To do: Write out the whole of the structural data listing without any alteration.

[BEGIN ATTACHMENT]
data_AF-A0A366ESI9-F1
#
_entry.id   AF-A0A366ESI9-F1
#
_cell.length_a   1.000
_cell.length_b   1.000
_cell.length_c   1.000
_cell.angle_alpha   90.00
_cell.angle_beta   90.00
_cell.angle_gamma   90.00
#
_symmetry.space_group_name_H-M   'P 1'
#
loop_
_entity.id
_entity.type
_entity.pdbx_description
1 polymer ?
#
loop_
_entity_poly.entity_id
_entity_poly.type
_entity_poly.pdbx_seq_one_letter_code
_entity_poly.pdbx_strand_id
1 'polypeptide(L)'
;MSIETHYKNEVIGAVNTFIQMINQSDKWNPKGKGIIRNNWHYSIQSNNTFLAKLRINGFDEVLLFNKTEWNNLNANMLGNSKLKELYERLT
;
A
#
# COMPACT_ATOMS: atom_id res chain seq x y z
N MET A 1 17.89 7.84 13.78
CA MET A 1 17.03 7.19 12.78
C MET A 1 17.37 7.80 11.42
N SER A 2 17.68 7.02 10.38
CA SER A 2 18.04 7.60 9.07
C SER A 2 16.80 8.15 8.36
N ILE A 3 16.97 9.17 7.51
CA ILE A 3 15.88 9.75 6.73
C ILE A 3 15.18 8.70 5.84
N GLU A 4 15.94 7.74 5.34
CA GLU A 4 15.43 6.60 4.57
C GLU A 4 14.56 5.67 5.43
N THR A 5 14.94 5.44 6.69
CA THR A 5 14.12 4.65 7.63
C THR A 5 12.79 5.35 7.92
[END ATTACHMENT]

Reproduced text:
data_AF-A0A366ESI9-F1
#
_entry.id   AF-A0A366ESI9-F1
#
_cell.length_a   1.000
_cell.length_b   1.000
_cell.length_c   1.000
_cell.angle_alpha   90.00
_cell.angle_beta   90.00
_cell.angle_gamma   90.00
#
_symmetry.space_group_name_H-M   'P 1'
#
loop_
_entity.id
_entity.type
_entity.pdbx_description
1 polymer ?
#
loop_
_entity_poly.entity_id
_entity_poly.type
_entity_poly.pdbx_seq_one_letter_code
_entity_poly.pdbx_strand_id
1 'polypeptide(L)'
;MSIETHYKNEVIGAVNTFIQMINQSDKWNPKGKGIIRNNWHYSIQSNNTFLAKLRINGFDEVLLFNKTEWNNLNANMLGNSKLKELYERLT
;
A
#
# COMPACT_ATOMS: atom_id res chain seq x y z
N MET A 1 17.89 7.84 13.78
CA MET A 1 17.03 7.19 12.78
C MET A 1 17.37 7.80 11.42
N SER A 2 17.68 7.02 10.38
CA SER A 2 18.04 7.60 9.07
C SER A 2 16.80 8.15 8.36
N ILE A 3 16.97 9.17 7.51
CA ILE A 3 15.88 9.75 6.73
C ILE A 3 15.18 8.70 5.84
N GLU A 4 15.94 7.74 5.34
CA GLU A 4 15.43 6.60 4.57
C GLU A 4 14.56 5.67 5.43
N THR A 5 14.94 5.44 6.69
CA THR A 5 14.12 4.65 7.63
C THR A 5 12.79 5.35 7.92